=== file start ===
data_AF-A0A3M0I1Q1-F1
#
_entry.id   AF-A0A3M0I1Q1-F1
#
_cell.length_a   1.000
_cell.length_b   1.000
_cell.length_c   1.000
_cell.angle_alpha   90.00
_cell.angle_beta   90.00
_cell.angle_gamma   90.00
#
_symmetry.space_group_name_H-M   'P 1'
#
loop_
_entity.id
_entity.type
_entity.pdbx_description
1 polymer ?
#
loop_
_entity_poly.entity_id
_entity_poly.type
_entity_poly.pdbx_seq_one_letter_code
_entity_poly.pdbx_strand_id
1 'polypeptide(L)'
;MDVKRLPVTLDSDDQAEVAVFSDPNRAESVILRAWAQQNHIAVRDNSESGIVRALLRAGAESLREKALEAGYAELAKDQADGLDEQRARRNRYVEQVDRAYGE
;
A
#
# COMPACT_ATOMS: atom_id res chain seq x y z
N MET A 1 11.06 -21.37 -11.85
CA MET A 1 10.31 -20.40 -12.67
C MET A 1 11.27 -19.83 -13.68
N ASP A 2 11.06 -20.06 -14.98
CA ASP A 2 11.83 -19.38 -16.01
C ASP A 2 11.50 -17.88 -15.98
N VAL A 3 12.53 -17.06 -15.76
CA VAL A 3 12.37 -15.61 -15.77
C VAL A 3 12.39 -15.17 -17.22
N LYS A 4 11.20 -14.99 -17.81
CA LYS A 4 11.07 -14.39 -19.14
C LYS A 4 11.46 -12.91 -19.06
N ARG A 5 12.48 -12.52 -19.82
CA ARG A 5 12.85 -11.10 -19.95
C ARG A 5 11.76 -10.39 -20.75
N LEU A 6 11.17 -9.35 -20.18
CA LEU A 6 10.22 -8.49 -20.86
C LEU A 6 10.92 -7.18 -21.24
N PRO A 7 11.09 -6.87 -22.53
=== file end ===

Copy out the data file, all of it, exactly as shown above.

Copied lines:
data_AF-A0A3M0I1Q1-F1
#
_entry.id   AF-A0A3M0I1Q1-F1
#
_cell.length_a   1.000
_cell.length_b   1.000
_cell.length_c   1.000
_cell.angle_alpha   90.00
_cell.angle_beta   90.00
_cell.angle_gamma   90.00
#
_symmetry.space_group_name_H-M   'P 1'
#
loop_
_entity.id
_entity.type
_entity.pdbx_description
1 polymer ?
#
loop_
_entity_poly.entity_id
_entity_poly.type
_entity_poly.pdbx_seq_one_letter_code
_entity_poly.pdbx_strand_id
1 'polypeptide(L)'
;MDVKRLPVTLDSDDQAEVAVFSDPNRAESVILRAWAQQNHIAVRDNSESGIVRALLRAGAESLREKALEAGYAELAKDQADGLDEQRARRNRYVEQVDRAYGE
;
A
#
# COMPACT_ATOMS: atom_id res chain seq x y z
N MET A 1 11.06 -21.37 -11.85
CA MET A 1 10.31 -20.40 -12.67
C MET A 1 11.27 -19.83 -13.68
N ASP A 2 11.06 -20.06 -14.98
CA ASP A 2 11.83 -19.38 -16.01
C ASP A 2 11.50 -17.88 -15.98
N VAL A 3 12.53 -17.06 -15.76
CA VAL A 3 12.37 -15.61 -15.77
C VAL A 3 12.39 -15.17 -17.22
N LYS A 4 11.20 -14.99 -17.81
CA LYS A 4 11.07 -14.39 -19.14
C LYS A 4 11.46 -12.91 -19.06
N ARG A 5 12.48 -12.52 -19.82
CA ARG A 5 12.85 -11.10 -19.95
C ARG A 5 11.76 -10.39 -20.75
N LEU A 6 11.17 -9.35 -20.18
CA LEU A 6 10.22 -8.49 -20.86
C LEU A 6 10.92 -7.18 -21.24
N PRO A 7 11.09 -6.87 -22.53